Image: BMW/Google

BMW Connected plans to work with Baidu Internet of Vehicles on home-to-vehicle communications and expanding its digital ecosystem for Chinese customers. Services under development will include remote controls, voice controls, vehicle status monitoring from an owner’s home, and searching for travel information and route-planning.

The global BMW Connected ecosystem is underpinned by its Open Mobility Cloud, and can be accessed via iOS and Android devices including iPhone, Apple Watch and those controlled by Amazon Alexa or Google Assistant [pictured]. Specifically in China, it currently offers a range of services including booking for repairs and maintenance, valet parking, fuel card recharging, queries about traffic penalties and payments.

BMW has also announced an expansion of its cooperation with Critical Software and the formation of a joint venture called Critical TechWorks. Critical Software provides systems and software services for safety, mission and business-critical applications.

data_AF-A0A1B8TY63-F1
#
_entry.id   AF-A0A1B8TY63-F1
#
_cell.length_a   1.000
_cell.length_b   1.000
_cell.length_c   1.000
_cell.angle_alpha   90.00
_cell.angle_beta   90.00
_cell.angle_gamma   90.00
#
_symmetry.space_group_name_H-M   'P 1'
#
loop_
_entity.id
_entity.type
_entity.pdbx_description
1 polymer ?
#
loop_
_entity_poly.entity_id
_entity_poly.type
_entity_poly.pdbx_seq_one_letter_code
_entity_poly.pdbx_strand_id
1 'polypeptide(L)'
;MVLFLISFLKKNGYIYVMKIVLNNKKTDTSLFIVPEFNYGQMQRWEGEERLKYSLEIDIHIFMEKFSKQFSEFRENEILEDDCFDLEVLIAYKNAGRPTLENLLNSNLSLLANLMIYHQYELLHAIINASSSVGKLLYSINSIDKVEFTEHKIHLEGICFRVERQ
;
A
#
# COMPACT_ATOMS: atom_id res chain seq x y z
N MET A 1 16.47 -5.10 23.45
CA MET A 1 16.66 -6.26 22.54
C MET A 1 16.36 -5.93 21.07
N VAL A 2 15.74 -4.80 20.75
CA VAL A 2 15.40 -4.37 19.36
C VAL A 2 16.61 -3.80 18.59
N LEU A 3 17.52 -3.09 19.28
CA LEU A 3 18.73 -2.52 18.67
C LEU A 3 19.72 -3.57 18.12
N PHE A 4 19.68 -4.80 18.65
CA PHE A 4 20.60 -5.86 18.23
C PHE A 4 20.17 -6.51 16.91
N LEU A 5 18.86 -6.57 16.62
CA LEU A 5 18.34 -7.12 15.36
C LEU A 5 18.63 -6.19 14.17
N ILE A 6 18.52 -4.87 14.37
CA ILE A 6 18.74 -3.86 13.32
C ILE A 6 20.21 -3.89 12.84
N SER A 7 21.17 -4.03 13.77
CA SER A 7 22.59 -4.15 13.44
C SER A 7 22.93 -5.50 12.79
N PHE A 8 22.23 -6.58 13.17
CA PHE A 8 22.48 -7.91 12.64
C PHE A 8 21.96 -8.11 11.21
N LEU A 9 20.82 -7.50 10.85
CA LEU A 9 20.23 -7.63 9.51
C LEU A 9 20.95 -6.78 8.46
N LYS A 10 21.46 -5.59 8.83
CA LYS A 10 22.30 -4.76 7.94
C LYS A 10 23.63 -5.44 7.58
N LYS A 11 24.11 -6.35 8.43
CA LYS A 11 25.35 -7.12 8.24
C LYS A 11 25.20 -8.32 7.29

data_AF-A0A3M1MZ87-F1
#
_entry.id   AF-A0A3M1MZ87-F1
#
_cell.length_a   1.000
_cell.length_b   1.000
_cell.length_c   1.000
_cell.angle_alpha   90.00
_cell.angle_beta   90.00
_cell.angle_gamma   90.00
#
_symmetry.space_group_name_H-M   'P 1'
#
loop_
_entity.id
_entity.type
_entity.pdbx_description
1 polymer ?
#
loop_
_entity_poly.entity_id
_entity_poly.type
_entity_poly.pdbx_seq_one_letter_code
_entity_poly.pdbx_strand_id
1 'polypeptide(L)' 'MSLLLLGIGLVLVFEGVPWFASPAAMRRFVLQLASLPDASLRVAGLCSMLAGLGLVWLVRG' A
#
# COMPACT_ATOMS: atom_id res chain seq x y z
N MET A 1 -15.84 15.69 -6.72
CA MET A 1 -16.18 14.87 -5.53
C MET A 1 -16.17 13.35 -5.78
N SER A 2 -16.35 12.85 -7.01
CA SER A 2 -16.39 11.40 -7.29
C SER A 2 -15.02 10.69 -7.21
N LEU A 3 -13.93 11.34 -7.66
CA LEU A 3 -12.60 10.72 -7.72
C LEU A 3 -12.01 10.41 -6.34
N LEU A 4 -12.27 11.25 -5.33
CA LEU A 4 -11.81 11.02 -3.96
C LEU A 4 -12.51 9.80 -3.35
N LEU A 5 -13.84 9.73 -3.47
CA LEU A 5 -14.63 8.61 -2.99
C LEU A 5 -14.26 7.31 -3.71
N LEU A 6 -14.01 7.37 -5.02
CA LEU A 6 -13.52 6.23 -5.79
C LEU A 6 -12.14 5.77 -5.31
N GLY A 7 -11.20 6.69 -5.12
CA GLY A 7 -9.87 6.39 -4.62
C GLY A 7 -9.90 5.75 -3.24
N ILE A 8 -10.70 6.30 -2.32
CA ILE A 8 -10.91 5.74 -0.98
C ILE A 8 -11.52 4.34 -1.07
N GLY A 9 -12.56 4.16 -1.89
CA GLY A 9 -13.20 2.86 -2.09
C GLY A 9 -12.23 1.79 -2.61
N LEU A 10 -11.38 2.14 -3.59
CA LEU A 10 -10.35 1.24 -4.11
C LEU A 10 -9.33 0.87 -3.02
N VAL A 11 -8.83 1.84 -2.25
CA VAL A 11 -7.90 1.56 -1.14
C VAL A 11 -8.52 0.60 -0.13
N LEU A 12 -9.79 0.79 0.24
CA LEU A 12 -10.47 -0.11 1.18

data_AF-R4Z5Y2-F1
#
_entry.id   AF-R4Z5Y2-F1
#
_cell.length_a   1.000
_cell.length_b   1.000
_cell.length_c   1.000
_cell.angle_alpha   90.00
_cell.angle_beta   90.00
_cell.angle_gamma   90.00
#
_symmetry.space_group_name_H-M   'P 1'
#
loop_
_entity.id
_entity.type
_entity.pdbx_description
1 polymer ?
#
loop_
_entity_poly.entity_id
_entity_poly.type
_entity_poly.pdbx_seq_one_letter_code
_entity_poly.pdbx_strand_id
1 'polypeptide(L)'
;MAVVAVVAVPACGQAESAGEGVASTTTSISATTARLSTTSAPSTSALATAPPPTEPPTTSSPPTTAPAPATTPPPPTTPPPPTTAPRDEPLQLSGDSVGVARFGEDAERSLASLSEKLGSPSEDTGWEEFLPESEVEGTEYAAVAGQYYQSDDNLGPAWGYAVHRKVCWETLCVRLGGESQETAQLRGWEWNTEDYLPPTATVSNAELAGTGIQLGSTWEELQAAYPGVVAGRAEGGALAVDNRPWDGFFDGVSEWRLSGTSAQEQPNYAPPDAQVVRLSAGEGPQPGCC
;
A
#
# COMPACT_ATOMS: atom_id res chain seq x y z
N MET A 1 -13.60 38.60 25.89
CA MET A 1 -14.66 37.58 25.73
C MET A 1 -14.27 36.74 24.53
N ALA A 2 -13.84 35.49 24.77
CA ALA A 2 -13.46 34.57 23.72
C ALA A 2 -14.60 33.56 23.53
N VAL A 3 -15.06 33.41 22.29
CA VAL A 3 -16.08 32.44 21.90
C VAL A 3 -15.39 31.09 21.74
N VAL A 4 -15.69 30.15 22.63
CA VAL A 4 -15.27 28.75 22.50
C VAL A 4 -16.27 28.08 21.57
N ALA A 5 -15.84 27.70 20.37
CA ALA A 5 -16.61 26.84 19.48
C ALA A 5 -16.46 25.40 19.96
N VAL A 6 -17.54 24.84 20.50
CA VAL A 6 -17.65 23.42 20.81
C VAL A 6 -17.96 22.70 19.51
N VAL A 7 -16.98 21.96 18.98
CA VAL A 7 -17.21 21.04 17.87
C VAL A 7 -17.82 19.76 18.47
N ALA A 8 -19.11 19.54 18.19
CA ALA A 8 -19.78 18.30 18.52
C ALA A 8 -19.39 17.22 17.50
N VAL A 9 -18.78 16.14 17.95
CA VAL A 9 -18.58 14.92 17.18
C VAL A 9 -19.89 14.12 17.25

The joint venture will look at further developing vehicle connectivity, cloud-based IT solutions and the digitalization of corporate processes. Areas of expertise to be established include artificial intelligence, data analytics, smart factories, customer ecosystems, vehicle connectivity and car-sharing services. Topics under collaboration include the digitalization and automation of product development, production and sales; and the creation of customer-facing solutions for infotainment and digital services.

Critical TechWorks will be based in Portugal, with its HQ in Porto and another facility in Lisbon. Goncalo Quadros, CEO of Critical Software, said in a statement: “Critical TechWorks will build on our collective talent, expertise and interdisciplinary culture to deliver disruptive, game-changing innovations that will transform the future of the car. This agreement is a major milestone for Critical Software and strengthens our international standing in developing forward-thinking technologies for sectors like the automotive industry.”

-Farah Alkhalisi